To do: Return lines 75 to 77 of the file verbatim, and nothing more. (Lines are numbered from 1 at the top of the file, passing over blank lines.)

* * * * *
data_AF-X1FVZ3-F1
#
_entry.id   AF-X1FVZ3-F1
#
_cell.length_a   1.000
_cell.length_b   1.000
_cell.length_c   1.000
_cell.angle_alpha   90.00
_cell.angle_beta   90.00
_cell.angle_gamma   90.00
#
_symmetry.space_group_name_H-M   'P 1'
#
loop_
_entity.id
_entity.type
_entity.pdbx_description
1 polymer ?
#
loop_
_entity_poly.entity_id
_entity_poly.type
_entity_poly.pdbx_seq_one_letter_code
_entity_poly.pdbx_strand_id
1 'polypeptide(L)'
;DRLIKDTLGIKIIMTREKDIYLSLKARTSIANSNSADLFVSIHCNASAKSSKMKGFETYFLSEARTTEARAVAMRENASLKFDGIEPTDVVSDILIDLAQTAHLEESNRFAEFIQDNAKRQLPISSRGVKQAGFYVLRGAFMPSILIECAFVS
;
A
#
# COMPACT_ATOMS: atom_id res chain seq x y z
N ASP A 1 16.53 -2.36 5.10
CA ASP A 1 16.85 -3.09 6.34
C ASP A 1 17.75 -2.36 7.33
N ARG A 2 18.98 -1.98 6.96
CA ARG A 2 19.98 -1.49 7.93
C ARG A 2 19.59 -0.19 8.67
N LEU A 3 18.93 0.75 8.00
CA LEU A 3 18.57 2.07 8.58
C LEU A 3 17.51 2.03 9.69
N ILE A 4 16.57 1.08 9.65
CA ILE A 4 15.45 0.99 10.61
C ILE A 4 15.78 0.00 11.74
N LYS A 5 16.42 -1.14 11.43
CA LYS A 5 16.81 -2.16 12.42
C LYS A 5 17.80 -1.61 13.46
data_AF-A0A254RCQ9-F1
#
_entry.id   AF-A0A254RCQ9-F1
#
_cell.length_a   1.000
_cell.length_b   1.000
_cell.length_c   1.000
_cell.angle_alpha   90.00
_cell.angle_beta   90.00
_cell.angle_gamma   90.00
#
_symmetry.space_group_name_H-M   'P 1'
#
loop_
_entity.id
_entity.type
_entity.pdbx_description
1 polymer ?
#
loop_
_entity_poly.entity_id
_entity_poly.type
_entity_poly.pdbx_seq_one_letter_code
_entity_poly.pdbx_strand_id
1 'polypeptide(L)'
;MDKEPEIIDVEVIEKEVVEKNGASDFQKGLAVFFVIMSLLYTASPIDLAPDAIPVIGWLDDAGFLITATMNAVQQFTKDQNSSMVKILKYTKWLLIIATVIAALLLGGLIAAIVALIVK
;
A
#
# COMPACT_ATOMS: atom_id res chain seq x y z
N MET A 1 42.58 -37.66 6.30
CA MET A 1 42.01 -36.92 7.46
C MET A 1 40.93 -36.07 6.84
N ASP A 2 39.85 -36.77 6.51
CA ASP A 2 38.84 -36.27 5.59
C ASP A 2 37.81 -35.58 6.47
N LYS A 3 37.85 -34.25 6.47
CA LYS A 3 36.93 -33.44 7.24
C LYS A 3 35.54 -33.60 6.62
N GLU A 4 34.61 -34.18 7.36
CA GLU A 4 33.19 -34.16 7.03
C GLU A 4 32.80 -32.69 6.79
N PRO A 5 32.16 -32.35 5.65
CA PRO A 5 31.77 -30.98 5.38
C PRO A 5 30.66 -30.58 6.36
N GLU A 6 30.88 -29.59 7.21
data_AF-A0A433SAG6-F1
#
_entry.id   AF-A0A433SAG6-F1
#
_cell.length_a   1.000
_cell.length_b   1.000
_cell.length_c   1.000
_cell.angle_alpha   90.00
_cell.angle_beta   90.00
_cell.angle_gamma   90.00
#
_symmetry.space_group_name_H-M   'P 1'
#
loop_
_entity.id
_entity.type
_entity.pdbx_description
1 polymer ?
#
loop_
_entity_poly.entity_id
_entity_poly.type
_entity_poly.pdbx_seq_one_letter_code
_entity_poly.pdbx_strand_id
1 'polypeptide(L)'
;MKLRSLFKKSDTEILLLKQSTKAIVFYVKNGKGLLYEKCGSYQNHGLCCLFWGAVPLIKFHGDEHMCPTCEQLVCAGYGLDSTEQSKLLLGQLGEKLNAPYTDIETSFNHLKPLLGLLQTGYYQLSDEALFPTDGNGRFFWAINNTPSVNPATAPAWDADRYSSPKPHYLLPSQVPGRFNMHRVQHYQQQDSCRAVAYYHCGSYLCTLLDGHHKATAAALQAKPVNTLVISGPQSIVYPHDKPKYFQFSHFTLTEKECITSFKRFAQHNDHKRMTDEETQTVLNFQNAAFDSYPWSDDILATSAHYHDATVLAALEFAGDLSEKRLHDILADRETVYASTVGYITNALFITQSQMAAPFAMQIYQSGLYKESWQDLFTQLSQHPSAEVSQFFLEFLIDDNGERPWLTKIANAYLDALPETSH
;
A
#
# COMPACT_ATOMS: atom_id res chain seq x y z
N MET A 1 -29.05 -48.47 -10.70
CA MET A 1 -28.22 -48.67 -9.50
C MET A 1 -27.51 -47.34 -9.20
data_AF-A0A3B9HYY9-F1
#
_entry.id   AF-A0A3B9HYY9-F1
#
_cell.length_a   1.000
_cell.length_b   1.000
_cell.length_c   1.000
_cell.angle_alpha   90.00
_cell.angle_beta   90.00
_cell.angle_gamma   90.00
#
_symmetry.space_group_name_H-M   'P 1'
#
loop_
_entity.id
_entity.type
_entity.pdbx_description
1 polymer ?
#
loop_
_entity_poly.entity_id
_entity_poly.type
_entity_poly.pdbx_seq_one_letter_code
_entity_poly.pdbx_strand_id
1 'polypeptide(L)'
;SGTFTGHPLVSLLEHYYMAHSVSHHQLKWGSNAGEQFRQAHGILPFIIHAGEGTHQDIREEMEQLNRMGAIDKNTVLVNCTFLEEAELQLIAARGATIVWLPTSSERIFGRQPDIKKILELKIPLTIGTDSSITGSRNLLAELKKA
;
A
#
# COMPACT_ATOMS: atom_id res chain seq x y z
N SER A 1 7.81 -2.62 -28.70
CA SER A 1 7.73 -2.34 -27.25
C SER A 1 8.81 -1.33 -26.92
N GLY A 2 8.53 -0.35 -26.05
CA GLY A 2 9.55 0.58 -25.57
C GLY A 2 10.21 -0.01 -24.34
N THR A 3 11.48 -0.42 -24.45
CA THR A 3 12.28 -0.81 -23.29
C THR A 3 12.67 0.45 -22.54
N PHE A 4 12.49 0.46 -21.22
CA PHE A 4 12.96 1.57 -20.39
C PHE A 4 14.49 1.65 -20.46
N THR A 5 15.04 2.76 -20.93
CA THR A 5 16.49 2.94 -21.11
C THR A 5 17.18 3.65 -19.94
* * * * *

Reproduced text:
# COMPACT_ATOMS: atom_id res chain seq x y z
N MET A 1 42.58 -37.66 6.30
CA MET A 1 42.01 -36.92 7.46